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News-Sentinel.com Your Town. Your Voice.

Let's take a closer look at two health-product claims

Copyright 2014 The Associated Press. All rights reserved. This material may not be published, broadcast, rewritten or redistributed.The Associated Press
Monday, December 28, 2009 12:01 am
Food companies often make health claims for their products.As part of Diet Detective’s continuing effort to expose the truth about the foods we eat and lead you to healthier choices, here are two manufacturers’ health pitches.( www.zico.com)



Claim: Zico, a sports drink alternative, is made from 100 percent pure coconut water with no added fat, sugar, carbs or acidity. It provides more potassium than a banana and four additional naturally occurring electrolytes in a single 60-calorie serving.



Facts: An 11-ounce container of coconut water is a low-calorie (60 calories), electrolyte-rich beverage (especially calcium, magnesium, potassium). A large banana has 487 milligrams of potassium, and 11 ounces of the coconut water has 670 milligrams. Not bad.



Fiction: One claim I do question is that the coconut water is a weight-loss aid. While there might be weight-loss properties in the nutrients from coconut water, it still has 60 calories per 11 ounces, so if you have four of these per day, that’s an extra 240 calories.



Concern: Is this something you should be drinking? “Endurance athletes or those who train and engage in hours of exercise can potentially benefit from so-called sports drinks that contain calories to stay adequately hydrated, but people who exercise casually, or less than an hour, or who do moderate as opposed to high-intensity exercise, may not need more than water to get and stay hydrated,” says dietitian Elisa Zied, author of “Nutrition at Your Fingertips” (Alpha Books, 2009).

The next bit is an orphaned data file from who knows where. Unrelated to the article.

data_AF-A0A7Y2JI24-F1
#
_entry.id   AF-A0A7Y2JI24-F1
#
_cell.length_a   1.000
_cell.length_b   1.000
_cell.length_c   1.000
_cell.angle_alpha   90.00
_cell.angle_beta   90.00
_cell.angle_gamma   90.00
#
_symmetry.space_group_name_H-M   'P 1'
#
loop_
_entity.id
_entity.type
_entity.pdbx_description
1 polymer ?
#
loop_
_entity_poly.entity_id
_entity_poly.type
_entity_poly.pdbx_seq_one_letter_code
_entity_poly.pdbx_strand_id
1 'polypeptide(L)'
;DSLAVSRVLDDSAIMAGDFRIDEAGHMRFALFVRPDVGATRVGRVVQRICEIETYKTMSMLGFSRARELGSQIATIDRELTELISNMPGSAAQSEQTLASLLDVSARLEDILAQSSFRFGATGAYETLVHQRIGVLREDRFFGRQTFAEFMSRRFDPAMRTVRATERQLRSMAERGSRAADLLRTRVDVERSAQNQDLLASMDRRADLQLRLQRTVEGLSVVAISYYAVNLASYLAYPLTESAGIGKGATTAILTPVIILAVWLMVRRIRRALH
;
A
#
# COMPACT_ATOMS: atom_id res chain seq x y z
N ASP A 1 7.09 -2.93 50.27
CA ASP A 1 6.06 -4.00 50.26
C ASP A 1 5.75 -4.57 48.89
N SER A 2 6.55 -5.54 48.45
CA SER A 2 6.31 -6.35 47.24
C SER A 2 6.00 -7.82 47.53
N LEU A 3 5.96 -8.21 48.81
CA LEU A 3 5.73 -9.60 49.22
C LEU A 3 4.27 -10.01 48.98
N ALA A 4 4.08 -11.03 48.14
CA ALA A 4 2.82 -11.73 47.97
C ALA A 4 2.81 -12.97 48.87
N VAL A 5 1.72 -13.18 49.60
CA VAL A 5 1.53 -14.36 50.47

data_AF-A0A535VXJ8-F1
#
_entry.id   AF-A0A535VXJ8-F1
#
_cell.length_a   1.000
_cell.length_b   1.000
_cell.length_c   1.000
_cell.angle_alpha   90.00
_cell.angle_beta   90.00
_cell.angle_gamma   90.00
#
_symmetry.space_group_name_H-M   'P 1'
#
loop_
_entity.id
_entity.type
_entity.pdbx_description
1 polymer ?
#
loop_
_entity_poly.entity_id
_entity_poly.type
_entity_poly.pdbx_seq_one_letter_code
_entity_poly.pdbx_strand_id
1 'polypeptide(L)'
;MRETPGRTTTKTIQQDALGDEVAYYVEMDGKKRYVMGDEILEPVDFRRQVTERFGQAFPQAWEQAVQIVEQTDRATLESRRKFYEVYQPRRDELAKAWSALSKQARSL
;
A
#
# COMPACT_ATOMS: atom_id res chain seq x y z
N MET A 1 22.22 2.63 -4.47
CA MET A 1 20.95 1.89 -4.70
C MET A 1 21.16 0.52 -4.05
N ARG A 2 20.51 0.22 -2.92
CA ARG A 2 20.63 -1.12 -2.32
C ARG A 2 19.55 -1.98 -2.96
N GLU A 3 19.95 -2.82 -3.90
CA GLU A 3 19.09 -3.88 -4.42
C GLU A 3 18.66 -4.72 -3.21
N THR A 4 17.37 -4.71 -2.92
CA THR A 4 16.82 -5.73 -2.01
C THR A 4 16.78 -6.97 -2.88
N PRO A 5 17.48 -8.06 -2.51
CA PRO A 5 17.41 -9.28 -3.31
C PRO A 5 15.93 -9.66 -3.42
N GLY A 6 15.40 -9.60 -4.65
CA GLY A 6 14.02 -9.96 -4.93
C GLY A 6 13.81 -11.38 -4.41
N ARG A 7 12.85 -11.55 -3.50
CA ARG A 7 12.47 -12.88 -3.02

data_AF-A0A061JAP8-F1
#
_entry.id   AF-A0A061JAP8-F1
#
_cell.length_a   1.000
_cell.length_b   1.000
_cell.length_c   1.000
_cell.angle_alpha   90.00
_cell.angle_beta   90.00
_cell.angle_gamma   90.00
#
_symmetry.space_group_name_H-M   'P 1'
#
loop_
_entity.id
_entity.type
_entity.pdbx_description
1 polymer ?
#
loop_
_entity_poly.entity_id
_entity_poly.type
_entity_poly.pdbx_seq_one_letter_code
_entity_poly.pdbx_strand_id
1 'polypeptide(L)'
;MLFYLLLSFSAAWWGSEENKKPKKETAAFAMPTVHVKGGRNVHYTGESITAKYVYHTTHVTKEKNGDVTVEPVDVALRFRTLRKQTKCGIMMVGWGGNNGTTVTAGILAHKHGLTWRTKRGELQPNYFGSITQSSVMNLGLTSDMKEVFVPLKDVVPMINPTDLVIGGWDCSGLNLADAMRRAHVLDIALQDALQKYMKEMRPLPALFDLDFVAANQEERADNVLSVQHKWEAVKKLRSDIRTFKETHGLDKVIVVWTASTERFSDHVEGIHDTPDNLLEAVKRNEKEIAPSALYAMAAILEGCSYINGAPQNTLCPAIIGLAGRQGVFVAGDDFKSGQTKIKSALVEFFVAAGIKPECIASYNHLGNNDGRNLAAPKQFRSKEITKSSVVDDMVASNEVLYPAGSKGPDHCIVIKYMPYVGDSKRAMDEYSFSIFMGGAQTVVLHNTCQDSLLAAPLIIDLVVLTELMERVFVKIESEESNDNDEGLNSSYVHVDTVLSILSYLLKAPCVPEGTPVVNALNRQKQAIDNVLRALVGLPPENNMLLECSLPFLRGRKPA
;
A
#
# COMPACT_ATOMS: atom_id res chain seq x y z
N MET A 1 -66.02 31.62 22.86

In fact, it could potentially be dangerous.

“Drinking too many of these beverages can overload you on specific nutrients, such as potassium,” Zied says.



Bottom line: Not an athlete? Once in a while, it’s an OK treat, but it’s a pass most of the time.(www.fruitundressed.com)



Claim: “Fruit that is stripped down to its bare goodness” is good for you.



Fact: Eating a diet rich in fruits and vegetables is a good thing, that’s for sure. And the simpler it is to eat fruit, the more likely you’ll be to eat more.



Fiction: Many fruits are not better for you bare.



Concern: There is the added sugar in many of them. The other problem is that removing the peel is not always a good thing when it comes to fruit.

“It saves us time when we’re talking about grapefruit, oranges, pineapple, mango and pomegranate,” dietitian Dawn Jackson Blatner says. “But removing the peel on fruits like apples, peaches and pears is a bad thing because it is removing healthy fiber.”



Bottom line: Buy fresh fruit that has all its fiber and no added sugar.

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